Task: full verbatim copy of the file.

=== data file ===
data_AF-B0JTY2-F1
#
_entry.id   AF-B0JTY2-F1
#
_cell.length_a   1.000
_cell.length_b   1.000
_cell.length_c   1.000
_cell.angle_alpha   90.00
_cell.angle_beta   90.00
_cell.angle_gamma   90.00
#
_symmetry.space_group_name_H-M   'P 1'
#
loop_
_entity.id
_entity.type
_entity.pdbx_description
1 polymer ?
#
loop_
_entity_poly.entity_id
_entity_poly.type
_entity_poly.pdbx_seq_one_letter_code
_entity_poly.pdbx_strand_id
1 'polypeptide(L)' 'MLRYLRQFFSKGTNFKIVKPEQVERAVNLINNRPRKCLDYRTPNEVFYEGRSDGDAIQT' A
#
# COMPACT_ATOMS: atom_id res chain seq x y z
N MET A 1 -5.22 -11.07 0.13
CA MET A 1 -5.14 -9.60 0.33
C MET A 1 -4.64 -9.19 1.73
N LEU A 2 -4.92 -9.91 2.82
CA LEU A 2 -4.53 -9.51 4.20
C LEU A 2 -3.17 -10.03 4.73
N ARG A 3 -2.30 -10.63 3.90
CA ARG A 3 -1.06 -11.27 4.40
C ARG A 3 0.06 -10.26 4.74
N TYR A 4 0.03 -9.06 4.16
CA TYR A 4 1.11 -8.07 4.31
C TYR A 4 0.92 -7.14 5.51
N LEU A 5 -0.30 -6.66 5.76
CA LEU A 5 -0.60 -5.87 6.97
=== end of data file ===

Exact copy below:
data_AF-B0JTY2-F1
#
_entry.id   AF-B0JTY2-F1
#
_cell.length_a   1.000
_cell.length_b   1.000
_cell.length_c   1.000
_cell.angle_alpha   90.00
_cell.angle_beta   90.00
_cell.angle_gamma   90.00
#
_symmetry.space_group_name_H-M   'P 1'
#
loop_
_entity.id
_entity.type
_entity.pdbx_description
1 polymer ?
#
loop_
_entity_poly.entity_id
_entity_poly.type
_entity_poly.pdbx_seq_one_letter_code
_entity_poly.pdbx_strand_id
1 'polypeptide(L)' 'MLRYLRQFFSKGTNFKIVKPEQVERAVNLINNRPRKCLDYRTPNEVFYEGRSDGDAIQT' A
#
# COMPACT_ATOMS: atom_id res chain seq x y z
N MET A 1 -5.22 -11.07 0.13
CA MET A 1 -5.14 -9.60 0.33
C MET A 1 -4.64 -9.19 1.73
N LEU A 2 -4.92 -9.91 2.82
CA LEU A 2 -4.53 -9.51 4.20
C LEU A 2 -3.17 -10.03 4.73
N ARG A 3 -2.30 -10.63 3.90
CA ARG A 3 -1.06 -11.27 4.40
C ARG A 3 0.06 -10.26 4.74
N TYR A 4 0.03 -9.06 4.16
CA TYR A 4 1.11 -8.07 4.31
C TYR A 4 0.92 -7.14 5.51
N LEU A 5 -0.30 -6.66 5.76
CA LEU A 5 -0.60 -5.87 6.97